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As procurement personnel take a more prominent role in corporate travel sourcing, conventional wisdom says that both they and traditional travel management professionals should work cooperatively as part of a holistic strategy, at least at firms that can internally fund both disciplines. Executives from large multinational corporations speaking here last week at the National Business Travel Association's Corporate Travel Buyer Think Tank agreed that such internal teamwork is logical, but suggested areas where each function should lead.
"Travel is a commodity to buy, but it is not a commodity to deliver," said Nick Hurrell, Hogg Robinson Group director of corporate sales support, summing up the complications many organizations encounter. "The vast majority of firms, both in the U.K. and globally, still do not have an enforceable mandate for their travel policy. So how can a procurement team be sure to deliver?"
Hurrell suggested three options, noting that "all have been done with varying success." Companies can train their travel managers to buy, broaden procurement activities to include delivery or outsource all or part of the travel program to travel management companies or other consultants.
Wyeth selected the first option. As a travel manager with the pharmaceutical company, Barbara Kelly said she questioned certain sourcing techniques applied to the corporate travel program and was surprised when the company's finance director later asked her to head up U.K. strategic sourcing. "I said to him that I had absolutely no experience in this at all. I am the wrong person for the wrong job," Kelly explained. "He said, 'No you are wrong. You have challenged travel ... and we want you to do more of the same throughout the company.' "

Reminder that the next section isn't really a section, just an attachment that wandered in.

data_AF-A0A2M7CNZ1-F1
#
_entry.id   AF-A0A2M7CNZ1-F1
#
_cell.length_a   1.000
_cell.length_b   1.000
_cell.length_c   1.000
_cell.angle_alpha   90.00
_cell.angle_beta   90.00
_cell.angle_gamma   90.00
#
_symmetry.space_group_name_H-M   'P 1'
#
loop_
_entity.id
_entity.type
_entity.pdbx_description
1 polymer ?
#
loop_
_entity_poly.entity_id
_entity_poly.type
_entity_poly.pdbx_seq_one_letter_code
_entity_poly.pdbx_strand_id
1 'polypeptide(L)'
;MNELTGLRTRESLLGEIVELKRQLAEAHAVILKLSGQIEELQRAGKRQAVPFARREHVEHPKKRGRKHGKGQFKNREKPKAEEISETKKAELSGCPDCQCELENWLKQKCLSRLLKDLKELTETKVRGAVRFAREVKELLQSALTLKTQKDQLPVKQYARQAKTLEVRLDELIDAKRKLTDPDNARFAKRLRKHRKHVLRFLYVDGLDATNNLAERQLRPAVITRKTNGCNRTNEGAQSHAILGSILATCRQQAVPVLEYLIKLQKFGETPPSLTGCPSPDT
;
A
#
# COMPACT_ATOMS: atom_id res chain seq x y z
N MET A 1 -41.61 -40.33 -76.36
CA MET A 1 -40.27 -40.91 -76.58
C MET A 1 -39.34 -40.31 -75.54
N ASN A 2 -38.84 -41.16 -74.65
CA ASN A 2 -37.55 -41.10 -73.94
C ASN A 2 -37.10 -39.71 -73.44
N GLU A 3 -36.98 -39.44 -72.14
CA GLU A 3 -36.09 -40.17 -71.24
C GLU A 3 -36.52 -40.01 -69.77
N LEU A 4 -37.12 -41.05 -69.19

Kelly said Wyeth travel management retains responsibility for policies, operations and strategy, but "moving forward, we have a travel procurement team, so it is very clear as to what the tender process is going to be. We truly believe that the way forward is to work as a team."
Eli Lilly took a different approach in naming Richard Darley, previously in U.K. procurement, as European travel manager. Consequently, the company determined that travel procurement should assume demand management and supplier relationship management--"the process by which added value is extracted," Darley said. Regarding demand management, "procurement has a role to make management aware of something like a self-booking tool," he explained. "It is a step change that reduces cost for the TMC and for the client. Therefore, I would argue for an ongoing procurement relationship with the TMC and not a shut-off relationship, as soon as the tender has been completed."
Travel at Eli Lilly is considered a complex spend component rather than a simple commodity, Darley said. "It is demanding and difficult to find suppliers who can meet all our needs. It is about moving beyond typical purchasing into category management, where people with a deep understanding of that particular spend area can look over the horizon to see what is coming and can look for innovation."